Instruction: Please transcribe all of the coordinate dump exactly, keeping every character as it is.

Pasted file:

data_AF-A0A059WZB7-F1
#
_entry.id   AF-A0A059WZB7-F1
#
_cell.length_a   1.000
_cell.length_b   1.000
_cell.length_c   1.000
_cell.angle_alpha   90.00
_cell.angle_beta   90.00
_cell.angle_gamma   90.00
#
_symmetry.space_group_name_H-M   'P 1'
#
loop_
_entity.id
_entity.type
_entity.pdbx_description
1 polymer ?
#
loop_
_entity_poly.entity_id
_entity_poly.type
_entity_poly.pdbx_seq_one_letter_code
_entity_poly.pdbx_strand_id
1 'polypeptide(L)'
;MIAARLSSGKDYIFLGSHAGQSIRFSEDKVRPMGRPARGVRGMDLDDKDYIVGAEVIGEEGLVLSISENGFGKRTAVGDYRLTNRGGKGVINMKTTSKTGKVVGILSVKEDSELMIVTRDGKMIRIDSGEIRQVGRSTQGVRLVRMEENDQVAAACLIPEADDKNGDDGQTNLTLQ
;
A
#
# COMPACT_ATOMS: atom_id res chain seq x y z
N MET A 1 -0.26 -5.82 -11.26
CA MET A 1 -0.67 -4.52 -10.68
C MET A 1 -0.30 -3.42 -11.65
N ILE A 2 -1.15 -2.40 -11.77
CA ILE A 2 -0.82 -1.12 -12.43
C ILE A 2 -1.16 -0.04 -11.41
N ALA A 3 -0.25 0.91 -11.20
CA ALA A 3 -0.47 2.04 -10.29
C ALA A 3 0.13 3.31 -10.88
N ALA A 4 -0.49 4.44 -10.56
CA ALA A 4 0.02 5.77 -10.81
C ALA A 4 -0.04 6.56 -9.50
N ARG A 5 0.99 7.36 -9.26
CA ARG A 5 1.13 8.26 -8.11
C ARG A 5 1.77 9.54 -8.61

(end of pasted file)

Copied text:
data_AF-A0A059WZB7-F1
#
_entry.id   AF-A0A059WZB7-F1
#
_cell.length_a   1.000
_cell.length_b   1.000
_cell.length_c   1.000
_cell.angle_alpha   90.00
_cell.angle_beta   90.00
_cell.angle_gamma   90.00
#
_symmetry.space_group_name_H-M   'P 1'
#
loop_
_entity.id
_entity.type
_entity.pdbx_description
1 polymer ?
#
loop_
_entity_poly.entity_id
_entity_poly.type
_entity_poly.pdbx_seq_one_letter_code
_entity_poly.pdbx_strand_id
1 'polypeptide(L)'
;MIAARLSSGKDYIFLGSHAGQSIRFSEDKVRPMGRPARGVRGMDLDDKDYIVGAEVIGEEGLVLSISENGFGKRTAVGDYRLTNRGGKGVINMKTTSKTGKVVGILSVKEDSELMIVTRDGKMIRIDSGEIRQVGRSTQGVRLVRMEENDQVAAACLIPEADDKNGDDGQTNLTLQ
;
A
#
# COMPACT_ATOMS: atom_id res chain seq x y z
N MET A 1 -0.26 -5.82 -11.26
CA MET A 1 -0.67 -4.52 -10.68
C MET A 1 -0.30 -3.42 -11.65
N ILE A 2 -1.15 -2.40 -11.77
CA ILE A 2 -0.82 -1.12 -12.43
C ILE A 2 -1.16 -0.04 -11.41
N ALA A 3 -0.25 0.91 -11.20
CA ALA A 3 -0.47 2.04 -10.29
C ALA A 3 0.13 3.31 -10.88
N ALA A 4 -0.49 4.44 -10.56
CA ALA A 4 0.02 5.77 -10.81
C ALA A 4 -0.04 6.56 -9.50
N ARG A 5 0.99 7.36 -9.26
CA ARG A 5 1.13 8.26 -8.11
C ARG A 5 1.77 9.54 -8.61